As I become older (do we feel suddenly older when milestone reunions approach … ahem, 25th), I’m deeply grateful for and aware that the privileges I had, including my Williams education, were the direct result of the efforts of generations of people who fought to make them accessible to me.
In 1798, the Adelphic Union, Williams’ literary/debating society, argued on “Whether Females Ought To Be Educated Equally With Males.” According to the College Archives, which prepared a timeline for its spring 2020 exhibition Women at Williams: The College’s Road to Coeducation (bit.ly/RoadToCoed), the issue was settled “in the negative.” Whether women should be educated at Williams was debated for the next 170 or so years, until the forward-looking faculty of 1969 voted unanimously to “include undergraduate women … in significant numbers at as early a time as is feasible.”
I recently saw a photograph of six of the seven women who graduated in the Class of 1971. They were stacked in a pyramid, quite literally supporting one another in celebration following their commencement. And I thought: “I lived with that many women in Lambert House senior year.” I tried imagining our time at Williams as if we were the only women on campus. I simply could not.
My tenure as president of the Society of Alumni comes to a close at the end of June. What I have loved unequivocally about serving in this role for the past two years is the people I’ve gotten to know—among them some of the smartest, bravest, funniest, most reflective and forthright women in my life. Last March, as part of the SoA’s bicentennial celebration, I took part in the panel discussion “Women in the Society” (bit.ly/SOAWomenPanel). Among the participants, Leile Jere ’91 urged us to reconsider our college experiences with new lenses, to embrace a lifelong learning where we “understand that we are in a sort of evolution about how we think of our space in the world.” Cat Vielma ’10 highlighted the importance of being critical, of pushing the institution to be better: “In order to love Williams, we need to see it fully.” And Kathy Sharpe ’79, whom I’ve come to admire for her candor, wisdom and persistence, among many other things, said, “We were admitted to Williams because we belonged, and we still belong. We have a stake in the institution. We need to own it!”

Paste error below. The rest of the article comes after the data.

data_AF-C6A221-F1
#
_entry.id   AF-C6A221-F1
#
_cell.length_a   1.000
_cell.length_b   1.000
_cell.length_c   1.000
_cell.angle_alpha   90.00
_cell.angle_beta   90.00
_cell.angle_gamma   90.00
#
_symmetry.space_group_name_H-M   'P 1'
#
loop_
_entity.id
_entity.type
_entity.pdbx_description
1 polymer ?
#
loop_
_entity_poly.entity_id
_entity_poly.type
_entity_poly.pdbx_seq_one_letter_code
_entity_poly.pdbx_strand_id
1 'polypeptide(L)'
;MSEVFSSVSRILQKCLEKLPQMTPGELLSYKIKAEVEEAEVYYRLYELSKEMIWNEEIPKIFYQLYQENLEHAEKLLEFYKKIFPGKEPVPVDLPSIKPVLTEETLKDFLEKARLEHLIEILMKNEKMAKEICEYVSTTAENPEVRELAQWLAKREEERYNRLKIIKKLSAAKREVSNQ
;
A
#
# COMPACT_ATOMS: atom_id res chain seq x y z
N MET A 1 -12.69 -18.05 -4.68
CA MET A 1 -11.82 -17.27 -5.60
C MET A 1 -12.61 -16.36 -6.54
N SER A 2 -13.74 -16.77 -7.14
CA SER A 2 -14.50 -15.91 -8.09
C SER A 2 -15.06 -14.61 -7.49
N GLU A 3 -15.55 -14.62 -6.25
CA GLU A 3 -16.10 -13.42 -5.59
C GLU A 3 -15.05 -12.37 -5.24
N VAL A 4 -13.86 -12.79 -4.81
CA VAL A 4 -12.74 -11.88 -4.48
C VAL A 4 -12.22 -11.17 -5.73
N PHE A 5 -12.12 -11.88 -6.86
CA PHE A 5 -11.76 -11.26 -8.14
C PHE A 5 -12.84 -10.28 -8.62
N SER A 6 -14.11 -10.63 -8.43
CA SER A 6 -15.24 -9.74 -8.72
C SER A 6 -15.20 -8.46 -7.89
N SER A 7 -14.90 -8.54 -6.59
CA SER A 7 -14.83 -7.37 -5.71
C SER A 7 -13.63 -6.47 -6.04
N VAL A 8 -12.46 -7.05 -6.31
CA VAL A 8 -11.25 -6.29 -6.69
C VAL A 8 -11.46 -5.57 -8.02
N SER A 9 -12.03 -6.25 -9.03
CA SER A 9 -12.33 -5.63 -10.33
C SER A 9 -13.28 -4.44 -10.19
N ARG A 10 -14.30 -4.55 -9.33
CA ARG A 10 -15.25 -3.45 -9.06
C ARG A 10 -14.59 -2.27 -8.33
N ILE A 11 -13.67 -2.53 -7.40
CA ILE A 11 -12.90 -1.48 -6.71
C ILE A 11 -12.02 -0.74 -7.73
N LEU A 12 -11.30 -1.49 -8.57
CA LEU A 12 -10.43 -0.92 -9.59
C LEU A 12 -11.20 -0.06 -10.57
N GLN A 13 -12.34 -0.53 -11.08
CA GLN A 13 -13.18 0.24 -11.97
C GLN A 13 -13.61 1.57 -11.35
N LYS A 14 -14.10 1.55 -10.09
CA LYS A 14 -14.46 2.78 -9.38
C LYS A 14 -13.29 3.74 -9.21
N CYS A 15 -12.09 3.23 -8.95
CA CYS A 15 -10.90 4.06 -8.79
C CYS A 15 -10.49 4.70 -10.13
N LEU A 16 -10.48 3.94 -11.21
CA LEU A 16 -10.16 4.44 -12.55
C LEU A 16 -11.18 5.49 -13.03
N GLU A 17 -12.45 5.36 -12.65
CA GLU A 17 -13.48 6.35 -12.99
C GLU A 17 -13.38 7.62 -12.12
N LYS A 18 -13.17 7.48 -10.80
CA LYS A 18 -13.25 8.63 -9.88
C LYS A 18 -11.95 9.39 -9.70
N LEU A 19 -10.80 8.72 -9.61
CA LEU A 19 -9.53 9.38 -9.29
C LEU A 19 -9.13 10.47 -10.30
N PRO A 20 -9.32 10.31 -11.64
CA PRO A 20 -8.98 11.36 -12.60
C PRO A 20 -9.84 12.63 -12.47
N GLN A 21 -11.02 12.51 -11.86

The conversation underscored what I respect and love about so many Williams women. As we strive toward our goal of an inclusive, global and relevant Society of Alumni, only honest reflection and intentional action will get us there. I hope we alumni can continue to make a positive impact on the Williams campus for all women—today and always.
—Kate Boyle Ramsdell ’97, President, Society of Alumni